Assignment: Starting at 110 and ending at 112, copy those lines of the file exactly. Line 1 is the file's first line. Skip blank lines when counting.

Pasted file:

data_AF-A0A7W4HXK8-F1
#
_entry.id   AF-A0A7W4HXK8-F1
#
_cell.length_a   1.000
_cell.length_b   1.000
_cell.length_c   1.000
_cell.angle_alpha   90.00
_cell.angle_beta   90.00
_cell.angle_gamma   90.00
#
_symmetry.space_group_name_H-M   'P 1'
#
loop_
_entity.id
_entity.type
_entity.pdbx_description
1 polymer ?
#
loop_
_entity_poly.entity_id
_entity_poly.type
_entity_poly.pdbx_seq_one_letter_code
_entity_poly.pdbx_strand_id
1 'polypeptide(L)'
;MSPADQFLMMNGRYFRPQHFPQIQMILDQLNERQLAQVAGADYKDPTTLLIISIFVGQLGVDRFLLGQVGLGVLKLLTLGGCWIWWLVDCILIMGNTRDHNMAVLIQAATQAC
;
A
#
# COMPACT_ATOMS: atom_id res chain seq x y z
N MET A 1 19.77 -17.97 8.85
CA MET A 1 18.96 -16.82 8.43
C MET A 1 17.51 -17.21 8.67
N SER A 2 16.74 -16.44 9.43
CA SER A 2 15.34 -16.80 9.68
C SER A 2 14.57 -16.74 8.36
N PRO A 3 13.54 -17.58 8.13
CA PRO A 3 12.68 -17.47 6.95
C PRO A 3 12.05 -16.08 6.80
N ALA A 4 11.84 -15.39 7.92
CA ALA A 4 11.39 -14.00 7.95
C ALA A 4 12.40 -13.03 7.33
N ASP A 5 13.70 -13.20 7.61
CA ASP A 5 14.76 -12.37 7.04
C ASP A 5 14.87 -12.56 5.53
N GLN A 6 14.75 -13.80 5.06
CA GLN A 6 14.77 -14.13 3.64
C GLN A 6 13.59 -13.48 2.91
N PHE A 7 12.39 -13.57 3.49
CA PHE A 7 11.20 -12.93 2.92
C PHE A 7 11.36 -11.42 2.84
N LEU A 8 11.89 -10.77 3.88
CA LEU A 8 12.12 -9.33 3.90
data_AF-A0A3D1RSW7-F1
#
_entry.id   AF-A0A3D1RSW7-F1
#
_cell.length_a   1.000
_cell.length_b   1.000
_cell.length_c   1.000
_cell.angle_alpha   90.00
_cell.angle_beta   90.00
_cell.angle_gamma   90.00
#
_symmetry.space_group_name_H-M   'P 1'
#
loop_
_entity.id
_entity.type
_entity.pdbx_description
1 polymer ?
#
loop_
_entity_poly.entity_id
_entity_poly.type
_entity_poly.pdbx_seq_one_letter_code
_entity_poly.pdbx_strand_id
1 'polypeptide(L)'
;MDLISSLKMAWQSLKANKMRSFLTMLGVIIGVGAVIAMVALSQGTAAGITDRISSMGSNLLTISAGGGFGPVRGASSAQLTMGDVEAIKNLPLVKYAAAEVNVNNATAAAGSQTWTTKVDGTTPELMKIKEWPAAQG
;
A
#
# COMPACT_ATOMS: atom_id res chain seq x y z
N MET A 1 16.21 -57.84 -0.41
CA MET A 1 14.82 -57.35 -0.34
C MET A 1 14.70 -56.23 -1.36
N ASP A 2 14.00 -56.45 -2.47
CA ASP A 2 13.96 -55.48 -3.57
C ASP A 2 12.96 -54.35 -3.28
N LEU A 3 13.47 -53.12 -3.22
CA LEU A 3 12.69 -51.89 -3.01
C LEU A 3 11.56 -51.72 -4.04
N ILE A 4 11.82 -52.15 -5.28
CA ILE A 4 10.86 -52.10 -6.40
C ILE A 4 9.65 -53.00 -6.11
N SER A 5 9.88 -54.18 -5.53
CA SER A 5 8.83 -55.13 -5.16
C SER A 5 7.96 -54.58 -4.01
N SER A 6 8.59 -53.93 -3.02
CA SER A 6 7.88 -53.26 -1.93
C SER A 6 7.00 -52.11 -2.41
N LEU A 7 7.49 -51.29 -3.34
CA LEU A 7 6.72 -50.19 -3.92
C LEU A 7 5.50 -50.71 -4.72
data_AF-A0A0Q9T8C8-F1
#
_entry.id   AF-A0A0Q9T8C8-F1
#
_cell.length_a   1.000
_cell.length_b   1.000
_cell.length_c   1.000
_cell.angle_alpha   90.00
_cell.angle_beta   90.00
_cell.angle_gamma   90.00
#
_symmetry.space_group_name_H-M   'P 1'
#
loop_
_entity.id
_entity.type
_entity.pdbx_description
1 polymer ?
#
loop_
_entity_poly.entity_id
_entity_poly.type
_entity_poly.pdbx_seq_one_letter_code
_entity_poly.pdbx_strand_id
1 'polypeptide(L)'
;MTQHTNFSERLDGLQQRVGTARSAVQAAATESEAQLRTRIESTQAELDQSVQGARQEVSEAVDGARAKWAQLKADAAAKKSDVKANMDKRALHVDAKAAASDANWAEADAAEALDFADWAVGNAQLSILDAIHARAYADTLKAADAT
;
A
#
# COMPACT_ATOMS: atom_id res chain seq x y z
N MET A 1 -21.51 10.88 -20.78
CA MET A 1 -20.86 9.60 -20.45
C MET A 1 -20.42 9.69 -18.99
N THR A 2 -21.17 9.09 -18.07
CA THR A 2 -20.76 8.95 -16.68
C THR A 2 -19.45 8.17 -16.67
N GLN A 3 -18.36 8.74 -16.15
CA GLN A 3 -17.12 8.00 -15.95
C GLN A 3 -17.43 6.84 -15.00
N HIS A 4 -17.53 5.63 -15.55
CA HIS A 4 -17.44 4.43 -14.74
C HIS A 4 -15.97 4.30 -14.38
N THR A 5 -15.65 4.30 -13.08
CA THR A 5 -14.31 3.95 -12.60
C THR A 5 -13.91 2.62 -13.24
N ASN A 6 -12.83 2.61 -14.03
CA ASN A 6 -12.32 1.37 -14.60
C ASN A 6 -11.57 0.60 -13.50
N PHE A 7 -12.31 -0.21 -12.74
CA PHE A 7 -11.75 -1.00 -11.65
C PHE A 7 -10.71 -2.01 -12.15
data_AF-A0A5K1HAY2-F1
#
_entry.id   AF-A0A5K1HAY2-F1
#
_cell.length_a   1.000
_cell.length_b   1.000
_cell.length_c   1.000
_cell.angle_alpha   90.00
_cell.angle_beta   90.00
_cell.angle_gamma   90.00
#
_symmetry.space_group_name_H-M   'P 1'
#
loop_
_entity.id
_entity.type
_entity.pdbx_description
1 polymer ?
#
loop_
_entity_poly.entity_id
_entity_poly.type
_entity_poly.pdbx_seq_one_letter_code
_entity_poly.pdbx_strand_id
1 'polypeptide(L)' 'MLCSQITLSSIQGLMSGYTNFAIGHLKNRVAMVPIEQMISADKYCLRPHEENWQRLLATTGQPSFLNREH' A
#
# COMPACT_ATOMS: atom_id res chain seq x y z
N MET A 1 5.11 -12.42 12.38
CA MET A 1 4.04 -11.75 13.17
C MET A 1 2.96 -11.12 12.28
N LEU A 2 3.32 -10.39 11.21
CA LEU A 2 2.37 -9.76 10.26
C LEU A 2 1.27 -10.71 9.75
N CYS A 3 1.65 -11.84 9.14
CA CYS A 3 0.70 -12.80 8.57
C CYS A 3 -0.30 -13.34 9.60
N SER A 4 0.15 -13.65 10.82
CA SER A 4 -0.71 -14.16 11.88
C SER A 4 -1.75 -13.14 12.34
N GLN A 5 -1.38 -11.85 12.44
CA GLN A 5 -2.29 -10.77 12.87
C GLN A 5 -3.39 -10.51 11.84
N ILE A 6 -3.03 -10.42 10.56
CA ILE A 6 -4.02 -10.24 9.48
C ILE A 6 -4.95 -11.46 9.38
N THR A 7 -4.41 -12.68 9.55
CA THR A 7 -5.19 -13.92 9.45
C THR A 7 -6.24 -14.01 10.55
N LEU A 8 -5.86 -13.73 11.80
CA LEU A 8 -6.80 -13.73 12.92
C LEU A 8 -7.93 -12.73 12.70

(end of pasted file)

_cell.length_b   1.000
_cell.length_c   1.000
_cell.angle_alpha   90.00